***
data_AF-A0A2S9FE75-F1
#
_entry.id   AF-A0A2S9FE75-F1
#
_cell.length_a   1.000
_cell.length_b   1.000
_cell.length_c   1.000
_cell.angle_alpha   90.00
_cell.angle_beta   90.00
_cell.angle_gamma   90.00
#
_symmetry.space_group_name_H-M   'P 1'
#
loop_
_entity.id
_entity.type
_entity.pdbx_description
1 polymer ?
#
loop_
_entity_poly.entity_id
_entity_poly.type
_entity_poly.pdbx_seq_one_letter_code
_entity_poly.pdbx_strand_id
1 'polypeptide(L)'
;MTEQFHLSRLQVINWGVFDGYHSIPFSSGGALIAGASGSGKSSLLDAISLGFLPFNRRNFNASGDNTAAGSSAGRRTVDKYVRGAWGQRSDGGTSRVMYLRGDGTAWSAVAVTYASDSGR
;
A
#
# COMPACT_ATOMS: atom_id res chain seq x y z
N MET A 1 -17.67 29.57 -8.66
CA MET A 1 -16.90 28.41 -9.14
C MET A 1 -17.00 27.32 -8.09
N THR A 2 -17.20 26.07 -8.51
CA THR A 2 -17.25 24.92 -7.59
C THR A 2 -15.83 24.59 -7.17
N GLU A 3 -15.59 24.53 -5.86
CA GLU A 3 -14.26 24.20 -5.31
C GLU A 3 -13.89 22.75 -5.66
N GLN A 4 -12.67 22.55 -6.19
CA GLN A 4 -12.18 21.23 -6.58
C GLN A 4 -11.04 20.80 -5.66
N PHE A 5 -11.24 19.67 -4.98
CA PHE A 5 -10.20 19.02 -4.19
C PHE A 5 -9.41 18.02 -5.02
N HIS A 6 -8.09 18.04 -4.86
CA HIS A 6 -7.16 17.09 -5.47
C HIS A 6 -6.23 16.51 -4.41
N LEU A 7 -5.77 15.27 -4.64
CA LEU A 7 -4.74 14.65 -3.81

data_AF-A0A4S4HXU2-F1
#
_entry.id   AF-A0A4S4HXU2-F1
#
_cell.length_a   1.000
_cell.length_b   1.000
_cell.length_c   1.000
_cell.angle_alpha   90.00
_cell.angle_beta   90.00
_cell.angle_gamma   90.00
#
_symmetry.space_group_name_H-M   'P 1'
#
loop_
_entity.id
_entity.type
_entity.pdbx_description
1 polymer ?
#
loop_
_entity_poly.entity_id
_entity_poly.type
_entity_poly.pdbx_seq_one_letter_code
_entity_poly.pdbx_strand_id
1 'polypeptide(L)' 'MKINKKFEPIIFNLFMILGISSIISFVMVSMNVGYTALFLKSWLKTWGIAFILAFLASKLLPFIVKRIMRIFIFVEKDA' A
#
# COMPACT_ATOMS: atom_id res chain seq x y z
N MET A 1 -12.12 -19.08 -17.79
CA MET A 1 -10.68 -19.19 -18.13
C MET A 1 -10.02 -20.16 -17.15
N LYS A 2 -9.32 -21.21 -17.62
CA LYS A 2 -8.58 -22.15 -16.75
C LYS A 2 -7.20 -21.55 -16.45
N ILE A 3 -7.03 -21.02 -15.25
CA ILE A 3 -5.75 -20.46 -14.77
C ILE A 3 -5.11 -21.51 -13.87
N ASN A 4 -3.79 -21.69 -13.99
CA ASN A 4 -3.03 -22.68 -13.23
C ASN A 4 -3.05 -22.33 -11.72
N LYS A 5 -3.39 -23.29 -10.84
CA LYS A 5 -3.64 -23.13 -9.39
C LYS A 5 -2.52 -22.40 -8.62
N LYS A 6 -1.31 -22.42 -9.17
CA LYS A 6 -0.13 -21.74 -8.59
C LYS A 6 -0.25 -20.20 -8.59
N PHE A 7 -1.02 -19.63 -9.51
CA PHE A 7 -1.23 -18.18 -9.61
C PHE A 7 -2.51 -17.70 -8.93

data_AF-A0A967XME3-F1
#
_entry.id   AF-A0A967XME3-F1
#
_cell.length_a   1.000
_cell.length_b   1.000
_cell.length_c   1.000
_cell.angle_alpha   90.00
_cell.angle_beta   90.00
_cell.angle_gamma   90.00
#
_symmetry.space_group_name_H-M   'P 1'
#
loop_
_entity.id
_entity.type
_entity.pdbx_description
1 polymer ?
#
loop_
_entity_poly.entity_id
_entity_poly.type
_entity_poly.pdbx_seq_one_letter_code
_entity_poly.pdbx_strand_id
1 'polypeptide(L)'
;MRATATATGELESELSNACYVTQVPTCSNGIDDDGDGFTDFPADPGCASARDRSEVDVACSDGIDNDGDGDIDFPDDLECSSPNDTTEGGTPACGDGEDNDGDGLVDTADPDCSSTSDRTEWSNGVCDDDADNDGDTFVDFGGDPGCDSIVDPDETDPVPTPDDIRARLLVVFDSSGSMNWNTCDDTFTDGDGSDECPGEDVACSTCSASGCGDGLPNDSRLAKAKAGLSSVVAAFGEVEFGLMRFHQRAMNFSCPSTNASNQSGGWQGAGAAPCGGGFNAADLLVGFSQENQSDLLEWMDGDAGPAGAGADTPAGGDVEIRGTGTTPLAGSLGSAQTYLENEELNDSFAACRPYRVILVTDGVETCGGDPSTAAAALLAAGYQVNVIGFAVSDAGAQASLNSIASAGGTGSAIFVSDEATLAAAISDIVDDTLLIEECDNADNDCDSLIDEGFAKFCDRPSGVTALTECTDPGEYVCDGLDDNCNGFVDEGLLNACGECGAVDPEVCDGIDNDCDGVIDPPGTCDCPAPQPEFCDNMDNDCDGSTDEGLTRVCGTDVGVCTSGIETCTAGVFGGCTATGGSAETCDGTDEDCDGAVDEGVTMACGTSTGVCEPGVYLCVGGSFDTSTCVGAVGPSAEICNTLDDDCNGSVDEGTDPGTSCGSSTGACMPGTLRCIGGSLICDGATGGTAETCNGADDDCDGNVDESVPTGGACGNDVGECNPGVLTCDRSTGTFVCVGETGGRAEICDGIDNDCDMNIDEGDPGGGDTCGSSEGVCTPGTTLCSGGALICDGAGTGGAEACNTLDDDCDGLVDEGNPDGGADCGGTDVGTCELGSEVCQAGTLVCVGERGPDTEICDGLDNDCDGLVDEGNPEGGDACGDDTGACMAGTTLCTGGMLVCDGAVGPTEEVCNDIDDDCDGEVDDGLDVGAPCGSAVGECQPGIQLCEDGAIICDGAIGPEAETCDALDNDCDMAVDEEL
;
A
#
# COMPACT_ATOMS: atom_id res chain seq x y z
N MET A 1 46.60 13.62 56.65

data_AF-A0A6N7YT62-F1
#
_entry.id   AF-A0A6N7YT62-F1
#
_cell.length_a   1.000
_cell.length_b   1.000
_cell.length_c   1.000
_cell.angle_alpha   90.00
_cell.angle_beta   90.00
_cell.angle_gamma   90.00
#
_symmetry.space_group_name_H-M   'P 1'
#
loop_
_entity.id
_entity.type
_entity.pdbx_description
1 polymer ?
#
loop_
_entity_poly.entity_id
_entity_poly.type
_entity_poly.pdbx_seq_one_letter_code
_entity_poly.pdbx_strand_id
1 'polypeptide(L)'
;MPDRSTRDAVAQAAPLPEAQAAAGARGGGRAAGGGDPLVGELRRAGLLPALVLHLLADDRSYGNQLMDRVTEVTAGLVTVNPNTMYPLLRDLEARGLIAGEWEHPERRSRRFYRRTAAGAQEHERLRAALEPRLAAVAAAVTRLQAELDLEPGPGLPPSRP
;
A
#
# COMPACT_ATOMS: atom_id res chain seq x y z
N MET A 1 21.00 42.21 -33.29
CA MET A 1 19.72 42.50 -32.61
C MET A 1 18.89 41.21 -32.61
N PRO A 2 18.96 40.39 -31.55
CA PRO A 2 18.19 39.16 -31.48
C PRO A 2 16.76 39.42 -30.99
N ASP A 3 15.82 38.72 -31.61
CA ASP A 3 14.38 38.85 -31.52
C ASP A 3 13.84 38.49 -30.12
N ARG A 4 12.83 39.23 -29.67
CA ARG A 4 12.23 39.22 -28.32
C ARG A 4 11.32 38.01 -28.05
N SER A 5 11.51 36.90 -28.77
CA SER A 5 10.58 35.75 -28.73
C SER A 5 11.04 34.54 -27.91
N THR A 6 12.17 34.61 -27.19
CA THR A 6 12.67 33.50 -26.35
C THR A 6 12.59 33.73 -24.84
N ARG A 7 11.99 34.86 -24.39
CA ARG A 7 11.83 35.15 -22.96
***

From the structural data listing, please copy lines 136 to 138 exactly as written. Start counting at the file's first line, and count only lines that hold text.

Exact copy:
_cell.length_c   1.000
_cell.angle_alpha   90.00
_cell.angle_beta   90.00